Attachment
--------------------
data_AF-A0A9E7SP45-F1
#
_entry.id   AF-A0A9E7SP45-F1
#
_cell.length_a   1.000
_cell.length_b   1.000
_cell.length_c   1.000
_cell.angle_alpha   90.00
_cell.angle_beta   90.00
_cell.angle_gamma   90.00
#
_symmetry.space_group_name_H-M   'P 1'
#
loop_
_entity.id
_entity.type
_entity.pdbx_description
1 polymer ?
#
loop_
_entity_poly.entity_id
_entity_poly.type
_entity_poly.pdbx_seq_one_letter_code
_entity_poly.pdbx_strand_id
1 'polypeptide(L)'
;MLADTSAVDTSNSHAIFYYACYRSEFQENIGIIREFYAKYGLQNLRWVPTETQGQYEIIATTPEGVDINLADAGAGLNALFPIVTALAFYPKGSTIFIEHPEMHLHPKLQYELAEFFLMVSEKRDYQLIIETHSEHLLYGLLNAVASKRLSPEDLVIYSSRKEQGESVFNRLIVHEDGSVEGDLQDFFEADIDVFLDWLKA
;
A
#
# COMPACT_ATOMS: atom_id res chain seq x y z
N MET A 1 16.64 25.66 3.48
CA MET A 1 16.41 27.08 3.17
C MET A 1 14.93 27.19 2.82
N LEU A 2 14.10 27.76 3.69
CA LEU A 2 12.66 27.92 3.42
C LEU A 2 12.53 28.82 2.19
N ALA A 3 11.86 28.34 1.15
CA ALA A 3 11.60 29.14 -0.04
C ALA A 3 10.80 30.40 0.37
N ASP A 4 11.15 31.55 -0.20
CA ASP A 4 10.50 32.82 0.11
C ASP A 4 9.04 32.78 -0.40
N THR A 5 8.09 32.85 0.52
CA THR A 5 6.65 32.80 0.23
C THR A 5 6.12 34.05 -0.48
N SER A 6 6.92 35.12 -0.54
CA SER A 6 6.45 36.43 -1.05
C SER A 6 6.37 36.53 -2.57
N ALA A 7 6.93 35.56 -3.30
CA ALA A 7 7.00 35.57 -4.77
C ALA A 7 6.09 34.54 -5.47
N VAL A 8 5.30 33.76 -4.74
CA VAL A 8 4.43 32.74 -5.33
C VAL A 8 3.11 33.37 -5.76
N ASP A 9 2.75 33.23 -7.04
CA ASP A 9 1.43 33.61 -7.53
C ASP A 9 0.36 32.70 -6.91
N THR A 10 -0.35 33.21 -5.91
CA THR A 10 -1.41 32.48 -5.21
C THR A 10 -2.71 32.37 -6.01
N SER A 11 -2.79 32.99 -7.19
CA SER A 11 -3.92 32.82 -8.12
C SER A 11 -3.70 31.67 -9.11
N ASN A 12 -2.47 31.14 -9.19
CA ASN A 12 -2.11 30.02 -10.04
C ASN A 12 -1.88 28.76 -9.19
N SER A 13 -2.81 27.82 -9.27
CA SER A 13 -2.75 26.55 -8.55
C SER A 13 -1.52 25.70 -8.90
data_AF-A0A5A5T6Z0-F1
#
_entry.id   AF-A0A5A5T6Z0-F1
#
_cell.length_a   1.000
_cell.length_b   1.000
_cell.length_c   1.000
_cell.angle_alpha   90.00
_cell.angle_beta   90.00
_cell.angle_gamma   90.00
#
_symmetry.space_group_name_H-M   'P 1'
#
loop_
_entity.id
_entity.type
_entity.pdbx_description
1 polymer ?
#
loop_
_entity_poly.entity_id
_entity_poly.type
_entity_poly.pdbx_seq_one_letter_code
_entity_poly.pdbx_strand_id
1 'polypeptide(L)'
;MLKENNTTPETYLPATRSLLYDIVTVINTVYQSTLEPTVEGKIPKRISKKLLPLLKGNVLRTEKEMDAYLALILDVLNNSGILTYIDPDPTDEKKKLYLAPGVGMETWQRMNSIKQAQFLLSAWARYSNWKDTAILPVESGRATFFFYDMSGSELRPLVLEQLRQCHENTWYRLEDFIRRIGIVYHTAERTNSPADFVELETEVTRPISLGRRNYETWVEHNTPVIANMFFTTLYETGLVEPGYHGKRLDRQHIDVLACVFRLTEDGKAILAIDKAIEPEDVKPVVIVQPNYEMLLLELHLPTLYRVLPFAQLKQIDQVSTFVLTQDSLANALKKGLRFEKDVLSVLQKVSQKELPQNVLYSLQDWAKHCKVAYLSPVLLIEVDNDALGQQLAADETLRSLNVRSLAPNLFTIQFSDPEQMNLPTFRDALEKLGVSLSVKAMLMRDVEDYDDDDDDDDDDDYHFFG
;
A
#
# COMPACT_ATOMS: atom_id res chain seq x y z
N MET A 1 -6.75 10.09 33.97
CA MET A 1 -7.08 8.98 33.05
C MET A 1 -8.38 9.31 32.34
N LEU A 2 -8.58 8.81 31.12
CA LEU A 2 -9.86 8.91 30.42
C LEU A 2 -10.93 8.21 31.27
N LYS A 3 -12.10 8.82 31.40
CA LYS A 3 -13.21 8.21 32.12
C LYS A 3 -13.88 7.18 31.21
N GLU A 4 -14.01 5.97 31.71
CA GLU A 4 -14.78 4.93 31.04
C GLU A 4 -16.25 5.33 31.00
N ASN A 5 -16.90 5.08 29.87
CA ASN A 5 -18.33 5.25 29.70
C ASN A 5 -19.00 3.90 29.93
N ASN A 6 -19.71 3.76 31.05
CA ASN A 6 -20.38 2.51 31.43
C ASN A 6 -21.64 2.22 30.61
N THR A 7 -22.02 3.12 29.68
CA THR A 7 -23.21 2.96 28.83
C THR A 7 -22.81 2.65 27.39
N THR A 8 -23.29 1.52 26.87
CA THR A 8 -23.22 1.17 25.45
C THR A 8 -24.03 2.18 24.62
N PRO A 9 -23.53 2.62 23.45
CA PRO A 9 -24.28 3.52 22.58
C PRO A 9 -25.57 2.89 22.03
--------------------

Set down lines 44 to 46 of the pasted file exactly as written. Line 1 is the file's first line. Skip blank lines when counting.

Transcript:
CA THR A 5 6.65 32.80 0.23
C THR A 5 6.12 34.05 -0.48
N SER A 6 6.92 35.12 -0.54